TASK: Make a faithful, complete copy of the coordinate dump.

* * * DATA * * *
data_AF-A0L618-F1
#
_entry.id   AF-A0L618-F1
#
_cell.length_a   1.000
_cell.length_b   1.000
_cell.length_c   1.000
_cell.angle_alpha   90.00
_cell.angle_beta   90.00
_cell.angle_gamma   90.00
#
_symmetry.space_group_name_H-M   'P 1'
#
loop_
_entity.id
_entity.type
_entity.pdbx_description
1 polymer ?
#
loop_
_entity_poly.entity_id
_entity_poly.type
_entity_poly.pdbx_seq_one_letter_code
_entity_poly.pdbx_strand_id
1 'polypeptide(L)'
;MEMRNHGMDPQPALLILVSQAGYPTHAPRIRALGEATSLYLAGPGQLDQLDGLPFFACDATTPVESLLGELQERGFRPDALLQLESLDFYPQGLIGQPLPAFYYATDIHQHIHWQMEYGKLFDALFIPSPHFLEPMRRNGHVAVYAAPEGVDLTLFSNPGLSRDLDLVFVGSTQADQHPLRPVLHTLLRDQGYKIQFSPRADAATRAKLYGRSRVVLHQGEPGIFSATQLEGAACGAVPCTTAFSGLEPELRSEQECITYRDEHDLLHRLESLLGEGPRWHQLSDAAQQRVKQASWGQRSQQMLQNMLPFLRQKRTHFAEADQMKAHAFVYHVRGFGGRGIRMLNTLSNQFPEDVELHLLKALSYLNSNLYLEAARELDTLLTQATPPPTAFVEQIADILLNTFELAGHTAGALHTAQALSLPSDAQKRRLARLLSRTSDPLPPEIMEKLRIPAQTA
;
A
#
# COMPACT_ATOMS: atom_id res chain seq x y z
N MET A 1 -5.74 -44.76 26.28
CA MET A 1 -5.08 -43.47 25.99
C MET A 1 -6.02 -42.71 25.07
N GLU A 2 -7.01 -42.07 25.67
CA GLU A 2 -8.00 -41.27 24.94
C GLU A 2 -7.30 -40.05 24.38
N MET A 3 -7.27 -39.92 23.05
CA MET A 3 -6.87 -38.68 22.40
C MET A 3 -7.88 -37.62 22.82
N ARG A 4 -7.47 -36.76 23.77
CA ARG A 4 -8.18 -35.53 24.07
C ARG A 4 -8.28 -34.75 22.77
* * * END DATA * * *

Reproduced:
data_AF-A0L618-F1
#
_entry.id   AF-A0L618-F1
#
_cell.length_a   1.000
_cell.length_b   1.000
_cell.length_c   1.000
_cell.angle_alpha   90.00
_cell.angle_beta   90.00
_cell.angle_gamma   90.00
#
_symmetry.space_group_name_H-M   'P 1'
#
loop_
_entity.id
_entity.type
_entity.pdbx_description
1 polymer ?
#
loop_
_entity_poly.entity_id
_entity_poly.type
_entity_poly.pdbx_seq_one_letter_code
_entity_poly.pdbx_strand_id
1 'polypeptide(L)'
;MEMRNHGMDPQPALLILVSQAGYPTHAPRIRALGEATSLYLAGPGQLDQLDGLPFFACDATTPVESLLGELQERGFRPDALLQLESLDFYPQGLIGQPLPAFYYATDIHQHIHWQMEYGKLFDALFIPSPHFLEPMRRNGHVAVYAAPEGVDLTLFSNPGLSRDLDLVFVGSTQADQHPLRPVLHTLLRDQGYKIQFSPRADAATRAKLYGRSRVVLHQGEPGIFSATQLEGAACGAVPCTTAFSGLEPELRSEQECITYRDEHDLLHRLESLLGEGPRWHQLSDAAQQRVKQASWGQRSQQMLQNMLPFLRQKRTHFAEADQMKAHAFVYHVRGFGGRGIRMLNTLSNQFPEDVELHLLKALSYLNSNLYLEAARELDTLLTQATPPPTAFVEQIADILLNTFELAGHTAGALHTAQALSLPSDAQKRRLARLLSRTSDPLPPEIMEKLRIPAQTA
;
A
#
# COMPACT_ATOMS: atom_id res chain seq x y z
N MET A 1 -5.74 -44.76 26.28
CA MET A 1 -5.08 -43.47 25.99
C MET A 1 -6.02 -42.71 25.07
N GLU A 2 -7.01 -42.07 25.67
CA GLU A 2 -8.00 -41.27 24.94
C GLU A 2 -7.30 -40.05 24.38
N MET A 3 -7.27 -39.92 23.05
CA MET A 3 -6.87 -38.68 22.40
C MET A 3 -7.88 -37.62 22.82
N ARG A 4 -7.47 -36.76 23.77
CA ARG A 4 -8.18 -35.53 24.07
C ARG A 4 -8.28 -34.75 22.77